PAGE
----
I tend to hit my fair share of diners in my travels. In the past few years there has been a resurgence of the old diner concept with new establishments popping up in even some of the chic metropolitan areas of big cities (places like The Little Goat in Chicago and Rose and Sons in Toronto). Although the “evolution” of new school diners have grasped onto some of the concepts of their ancestors (such as vinyl booths and counter seating), nothing can replace some aspects that make the old school diner what it is.
Here are a few observations I have made about diners:
1. Ninety-percent of old school diners are either named after a person or some kind of geographical entity or location. In Sudbury, I grew up going to Gloria’s restaurant. The Countryview diner in Chatham inspired me to write this blog. There’s the Lakeview in Toronto, the Southside restaurant in London and the Elgin Street diner in Ottawa. The fact that there is there is no view of a river at the Riverview or that Alice’s is owned by some dude named Paul seems a moot point in the diner culture.
2. Much like you can count on any Chinese restaurant to have either a cocktail menu or a horoscope written on their disposable menus (which eventually will be laden with bright red sweet and sour sauce), diners slap down the generic bilingual Welcome/Bienvenue mats which quickly get soaked with egg grease or globs of strawberry jam. The table is also adorned with a carousel of prepackaged peanut butter, strawberry jams and orange marmalade (which in fact may be the same marmalade that has been there since 1984), hard butter packets and creamers which not only lighten the less than stellar coffee but serve as building blocks for bored 6 year olds who eventually shove one or two in their mouths and pop them much to the chagrin of the accompanying family members.
4. As much as the show “Two Broke Girls” annoys the hell out of me, it’s a fair depiction of the old school diner. The blackboard is reserved for the soup of the day plus/minus today’s special which tends to be a classic comfort dish. My personal favorite is the “hot hamburg” (the “er” on the end of hamburger is entirely optional for some reason) in which a hamburger patty in placed between two slices of white bread and laden with rich gravy and served with frozen crinkle cut fries and “homemade” slaw. The special also comes with soup or juice as a side. I’ve always been intrigued by how the provision of a 3 oz shot glass of juice even compares to a steaming bowl of “homemade” soup. The same show also depicts the reality that the minimum age to work behind the cash in a diner is 70 (perhaps this was the inspiration for Pearl Jam’s “Elderly Woman Behind the Counter in a Small Town)”. This person is clearly the quarterback of the organization despite the fact they take ten minutes to enter the price of each of the hand written orders into the Casio cash register and verify with the waitress that I indeed ordered the addition of grilled onions on my homefries for $0.45. The process is interrupted two or three times when the cashier engages in a conversation with the three of four regulars about the size of Mabel’s homegrown pumpkin or the fact that toilet paper is on sale at the local grocery store.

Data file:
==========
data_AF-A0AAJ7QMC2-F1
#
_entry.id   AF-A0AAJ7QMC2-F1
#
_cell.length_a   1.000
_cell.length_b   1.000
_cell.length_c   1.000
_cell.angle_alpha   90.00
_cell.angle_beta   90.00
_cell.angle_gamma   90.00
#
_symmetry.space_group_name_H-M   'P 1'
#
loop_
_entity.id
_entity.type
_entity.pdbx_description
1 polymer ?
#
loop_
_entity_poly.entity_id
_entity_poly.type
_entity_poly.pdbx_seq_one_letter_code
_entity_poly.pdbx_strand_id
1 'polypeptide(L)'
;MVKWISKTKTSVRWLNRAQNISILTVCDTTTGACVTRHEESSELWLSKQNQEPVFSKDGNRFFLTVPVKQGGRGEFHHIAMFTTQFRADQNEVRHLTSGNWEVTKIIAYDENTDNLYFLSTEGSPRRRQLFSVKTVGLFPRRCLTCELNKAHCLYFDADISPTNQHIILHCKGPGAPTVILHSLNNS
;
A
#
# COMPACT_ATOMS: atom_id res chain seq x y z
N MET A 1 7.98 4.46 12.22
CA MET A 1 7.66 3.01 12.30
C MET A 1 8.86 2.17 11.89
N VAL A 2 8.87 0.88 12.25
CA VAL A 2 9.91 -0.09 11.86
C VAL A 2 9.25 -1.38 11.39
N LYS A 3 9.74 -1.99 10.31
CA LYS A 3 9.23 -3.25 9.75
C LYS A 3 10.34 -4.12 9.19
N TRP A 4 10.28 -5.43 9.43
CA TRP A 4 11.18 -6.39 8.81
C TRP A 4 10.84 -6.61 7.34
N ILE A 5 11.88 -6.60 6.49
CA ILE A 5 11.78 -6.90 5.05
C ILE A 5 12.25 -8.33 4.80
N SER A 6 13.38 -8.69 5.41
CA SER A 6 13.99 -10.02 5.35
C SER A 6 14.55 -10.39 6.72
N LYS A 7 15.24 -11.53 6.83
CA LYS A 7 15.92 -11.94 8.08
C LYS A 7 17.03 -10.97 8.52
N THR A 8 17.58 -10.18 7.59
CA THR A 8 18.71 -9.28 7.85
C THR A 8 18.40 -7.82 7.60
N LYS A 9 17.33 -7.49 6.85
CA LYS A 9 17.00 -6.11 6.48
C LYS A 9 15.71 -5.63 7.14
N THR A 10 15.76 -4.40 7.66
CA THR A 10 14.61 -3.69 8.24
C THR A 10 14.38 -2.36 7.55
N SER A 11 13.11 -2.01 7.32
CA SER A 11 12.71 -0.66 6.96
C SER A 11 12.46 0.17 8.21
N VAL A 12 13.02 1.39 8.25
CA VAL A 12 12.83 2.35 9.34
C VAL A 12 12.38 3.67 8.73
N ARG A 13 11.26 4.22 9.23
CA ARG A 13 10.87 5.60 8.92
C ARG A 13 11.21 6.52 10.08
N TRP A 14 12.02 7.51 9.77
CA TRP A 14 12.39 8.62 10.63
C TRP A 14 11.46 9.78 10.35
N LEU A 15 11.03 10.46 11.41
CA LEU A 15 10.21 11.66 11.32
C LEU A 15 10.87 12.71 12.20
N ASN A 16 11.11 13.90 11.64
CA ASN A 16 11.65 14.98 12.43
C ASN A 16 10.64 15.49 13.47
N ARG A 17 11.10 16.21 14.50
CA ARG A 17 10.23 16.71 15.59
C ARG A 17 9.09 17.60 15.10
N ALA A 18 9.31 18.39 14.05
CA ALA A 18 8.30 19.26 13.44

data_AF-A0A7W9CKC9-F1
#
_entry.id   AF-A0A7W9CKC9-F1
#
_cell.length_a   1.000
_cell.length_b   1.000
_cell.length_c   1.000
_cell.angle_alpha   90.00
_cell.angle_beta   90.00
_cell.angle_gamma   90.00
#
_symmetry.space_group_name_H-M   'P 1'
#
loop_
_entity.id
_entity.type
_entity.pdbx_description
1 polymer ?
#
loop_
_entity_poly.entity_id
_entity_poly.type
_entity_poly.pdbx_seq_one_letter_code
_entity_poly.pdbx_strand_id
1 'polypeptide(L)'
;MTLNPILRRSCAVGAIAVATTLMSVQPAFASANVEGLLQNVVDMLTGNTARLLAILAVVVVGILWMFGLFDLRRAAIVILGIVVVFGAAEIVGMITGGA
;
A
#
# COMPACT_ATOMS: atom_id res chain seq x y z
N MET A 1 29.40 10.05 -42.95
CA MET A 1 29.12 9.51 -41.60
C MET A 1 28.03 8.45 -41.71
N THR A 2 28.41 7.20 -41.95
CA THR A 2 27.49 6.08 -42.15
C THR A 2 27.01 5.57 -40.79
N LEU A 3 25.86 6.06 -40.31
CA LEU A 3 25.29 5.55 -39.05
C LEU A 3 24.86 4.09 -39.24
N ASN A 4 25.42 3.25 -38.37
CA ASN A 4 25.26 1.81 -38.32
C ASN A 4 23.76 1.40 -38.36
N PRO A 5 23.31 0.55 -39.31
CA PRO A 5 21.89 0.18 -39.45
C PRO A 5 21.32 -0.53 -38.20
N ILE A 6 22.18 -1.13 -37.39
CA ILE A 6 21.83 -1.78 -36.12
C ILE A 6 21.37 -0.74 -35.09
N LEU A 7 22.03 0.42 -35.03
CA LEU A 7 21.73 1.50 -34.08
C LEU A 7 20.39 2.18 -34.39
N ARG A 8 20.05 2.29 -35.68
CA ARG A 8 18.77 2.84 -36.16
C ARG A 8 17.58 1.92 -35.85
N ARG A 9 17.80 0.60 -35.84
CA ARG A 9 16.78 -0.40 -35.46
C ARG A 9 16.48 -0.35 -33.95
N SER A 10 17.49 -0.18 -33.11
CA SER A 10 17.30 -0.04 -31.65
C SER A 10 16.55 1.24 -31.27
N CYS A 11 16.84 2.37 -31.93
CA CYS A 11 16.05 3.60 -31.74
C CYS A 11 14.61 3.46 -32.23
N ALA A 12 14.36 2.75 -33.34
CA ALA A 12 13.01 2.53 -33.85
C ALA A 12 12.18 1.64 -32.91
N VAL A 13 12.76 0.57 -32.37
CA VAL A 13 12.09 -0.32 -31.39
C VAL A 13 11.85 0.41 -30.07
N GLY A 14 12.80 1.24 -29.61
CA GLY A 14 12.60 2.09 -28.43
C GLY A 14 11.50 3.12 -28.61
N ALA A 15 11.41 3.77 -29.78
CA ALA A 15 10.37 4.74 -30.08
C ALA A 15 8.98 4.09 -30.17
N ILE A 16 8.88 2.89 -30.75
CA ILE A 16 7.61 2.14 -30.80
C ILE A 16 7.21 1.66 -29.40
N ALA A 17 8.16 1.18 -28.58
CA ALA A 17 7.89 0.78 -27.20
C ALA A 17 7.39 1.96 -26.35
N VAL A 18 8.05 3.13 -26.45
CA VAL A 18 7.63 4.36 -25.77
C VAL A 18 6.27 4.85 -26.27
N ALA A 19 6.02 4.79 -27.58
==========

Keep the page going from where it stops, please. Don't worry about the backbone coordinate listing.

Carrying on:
5. Rice pudding and jello are mandatory desserts in any old school diner. Furthermore, the pudding must be topped with an amount of cinnamon equal to a Rob Ford stash and the red or green jello must be cut into squares with architecture I.M. Pei would envy.
6. Small town diners ultimately have a dichotomy of staff. On one side is the surly old woman who could tell you the number of pieces of gum stuck under table twelve, the amount of force you hit to hit the chugging ice machine with to keep it fully functional and the name of every regular who has walked in since the sixties. On the other is the 17 year old “friend of the family” waitress whose angst is evident in the nose piercing (which later becomes the focal point of conversations at the counter when she’s not there). This angst is partially rooted in the slight reality that she, like her coworker, may never leave the tight web of a small town and be forced to marry some guy named Billy and have a stag and doe the whole town will attend.
In the end, I adore diners. They scream Canadiana in the same fashion as snowbanks and poutine. Whether they have stayed the same for 50 years, evolved over time (including replacing old staff with hipsters with an equally surly attitude) or recently opened with adherence to an old school philosophy (like Mae’s in Detroit), they are a fundamental component of the food service structure and deserve respect. I think of the numerous food network shows in which the celebrity chefs cite the perfect fried egg as the pinnacle of culinary expertise yet it’s second nature to many of the seasoned veterans who grace the grills of diners across the country.